Monday, October 09, 2006

The Adventure Funnel

Hey! There was no game last night, on account of my wife got home from work feeling tired and cranky. It's time for a new job, you ask me...

Anyway. In my quest to be The Perfect GM, I spent an inordinate amount of time searching for Processes -- formulae, techniques, step-by-step guides to being awesome. Frankly, I love that stuff, and I learned a lot of useful things in my search. I especially looked for adventure-creation tools, mostly because I kept feeling uncreative and stymied. If only I could find something that would tke away the pressure of being creative...the perfect, easy process that would fulfill my requirements! I quested for it. It was my Holy Grail. My Shangri-La. My Xanadu (the one with Olivia Newton-John).

Naturally, I came up with it on my own.

One night my wife wanted to play a game. I had no ideas for a scenario, but suddenly inspiration struck: having just read Robin Laws' damn excellent book, Robin's Laws Of Good Gamemastering, I came up with a plan.

And it worked.

I hereby christen it


because it helps you focus your creativity. When it's time to whip up an adventure that I'm probably not going to run because nobody shows up or something else goes wrong, The Adventure Funnel lends a hand.

It's concise, it's free-form and it's interactive, so go get a piece of paper and a pencil. No, I'm serious. Get up and do it. Okay, open up Notepad, whatever. C'mon, I'll do one along withyou. It'll be fun.

A caveat: this process is not a subsitute for creativity, just a funnel for ideas. You've been warned.

Write down a one-sentence objective for your players to accomplish. Resist the temptation to overcomplicate it -- you'll have plenty of time for crazy in a minute. (Plus, you can count on players for one thing: to bork everything up for you.) Make danged sure that your sentence begins with a verb! For example, here's a goal for a Traveller scenario:

GOAL: Deliver and sell 200 tons of books, music and magazines to a buyer on Arduun.

Scientific studies have proven time and again that when PCs just waltz in and win, it's not that much fun. Conflict = drama, baby! So jot down some things, ANY things, that could get between the players and the goal. Write down stupid stuff, too, as you think of it. Brainstorm! Starring you instead of Christopher Walken. You are following along, right...?

  1. Pirates
  2. Customs
  3. The merchandise is contraband
  4. No buyer, ha ha
  5. Conan shows up looking for a fight
Yes, I know Conan isn't the first guy you think of when you say Ex-Navy 4 Terms 797A86. That doesn't matter right now. Sticking ideas on paper matters now.

Here's where the real work begins. It's brainstormng on a finer scale. Look over your previous work and start sketching in the finer points, as you think of them. Anything that fleshes out the goal, the obstacles or just the world (the mise-en-scene, if you're toity) goes here. You'll be surprised at how quickly these details will start to resolve...let them. When something starts to click (and it will), go with it. Live!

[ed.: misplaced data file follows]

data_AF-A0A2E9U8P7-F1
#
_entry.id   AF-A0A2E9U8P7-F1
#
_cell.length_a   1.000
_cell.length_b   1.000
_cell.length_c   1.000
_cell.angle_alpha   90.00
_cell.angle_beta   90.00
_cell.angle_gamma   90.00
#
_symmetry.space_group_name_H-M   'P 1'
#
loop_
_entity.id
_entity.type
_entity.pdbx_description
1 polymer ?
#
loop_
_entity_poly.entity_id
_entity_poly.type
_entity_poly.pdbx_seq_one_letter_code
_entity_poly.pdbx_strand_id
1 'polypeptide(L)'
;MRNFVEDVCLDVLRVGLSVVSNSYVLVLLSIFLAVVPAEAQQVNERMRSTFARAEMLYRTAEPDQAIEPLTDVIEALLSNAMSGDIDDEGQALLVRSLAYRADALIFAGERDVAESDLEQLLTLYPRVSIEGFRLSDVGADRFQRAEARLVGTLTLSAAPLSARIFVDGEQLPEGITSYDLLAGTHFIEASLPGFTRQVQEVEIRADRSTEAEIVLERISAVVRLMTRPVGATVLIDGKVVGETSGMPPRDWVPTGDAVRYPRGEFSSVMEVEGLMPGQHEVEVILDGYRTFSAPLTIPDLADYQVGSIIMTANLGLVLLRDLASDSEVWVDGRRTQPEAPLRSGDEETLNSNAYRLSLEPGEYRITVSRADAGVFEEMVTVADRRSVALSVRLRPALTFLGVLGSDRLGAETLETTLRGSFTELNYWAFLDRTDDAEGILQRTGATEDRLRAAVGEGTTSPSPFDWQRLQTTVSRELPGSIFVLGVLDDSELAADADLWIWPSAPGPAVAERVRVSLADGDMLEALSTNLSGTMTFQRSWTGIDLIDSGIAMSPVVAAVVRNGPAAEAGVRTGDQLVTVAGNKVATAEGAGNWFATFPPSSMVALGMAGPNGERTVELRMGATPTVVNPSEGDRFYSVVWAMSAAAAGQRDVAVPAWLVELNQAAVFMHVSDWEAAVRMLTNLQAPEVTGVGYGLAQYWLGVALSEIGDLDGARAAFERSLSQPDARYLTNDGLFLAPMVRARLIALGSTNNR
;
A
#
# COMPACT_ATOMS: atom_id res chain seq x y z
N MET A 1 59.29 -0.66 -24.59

1. The media content is all pop culture stuff from Capital. The far-future equivalents of Tiger Beat, synth music, Cosmo, Carrot Top movies, etc.
  2. The head of Starport Authority on Arduun is a guy named Frampton Roosh, 64, near retirement.
  3. The government of Arduun just flipped over from an oligarchy to a charismatic dictatorship, focussed on "cultural purity". Hence, Tiger Beat is illegal.
  4. RE: Conan -- A brawny barbarian from the Sword Worlds gets drunk at the same bar as the PCs, and starts a fight. Inconsequential but fun. maybe an interesting, recurring NPC?
  5. The pirates are Vargr, raiding not for profit but for survival.
  6. The customs office is short-staffed on account of a flu epidemic.
  7. The new government came into power following a short but bloody civil war. Fascists, the lot of 'em.
  8. Cargo is contraband, and when word gets out that it's in the starport, TWO buyers present themselves: organized crime and freedm-fighters. PCs must choose with whom to do business!
  9. The freedom fighter representative is an attractive lass named Cami ....
You get the point. Obviously the whole "Contraband" angle appealed to me; it started clicking and I ran with it. I could've kept going, and so could you.

If you start getting a big ball of wax rolling, simply take an idea out of your list and put it into its own Funnel, setting the minor goal, putting up minor obstacles and detaling fiddly bits that relate to it. It needn't become the main focus of the scenario, but if you think it'll help to have the stuff handy (or if the players Go There), you'll have some notes to guide you when the crap hits the fan.

GOAL: Sell the cargo to Cami

  1. She's being watched by the Secret Police
  2. Nowhere to make an easy delivery
  3. Have to forge the cargo's papers
  4. She's constantly on the move
  1. Secret Police travel in packs of 4, well-armed
  2. Cami knows of a warehouse at the old creamery, 2 mi. from starport
  3. Etc...

Again, resist the temptation to provide too much detail; give yourself wiggle room. Use this stuff as a basis for winging it, not a script for railroading.

Anything that might be in the PCs favor can, but needn't be, listed. Hell, you may have already written it down in Step 3 for all I know. Same for what they stand to gain; I probably would've listed Cami's offer for the cargo in my details. I rarely, if ever, do anything for a Step 4; I'm usually done by them.

You may not use everything you just wrote down. That's okay. Scratch off what you did use and stick the notes in a folder. Next time you're stuck for something...

Possibilities abound. Scale the scope up and down, and you can do anything from a single encounter to a multi-part epic campaign, wherein each obstacle is a a few sessions long.

This Funnel has served me well. It is yours now.

Go forth and rock.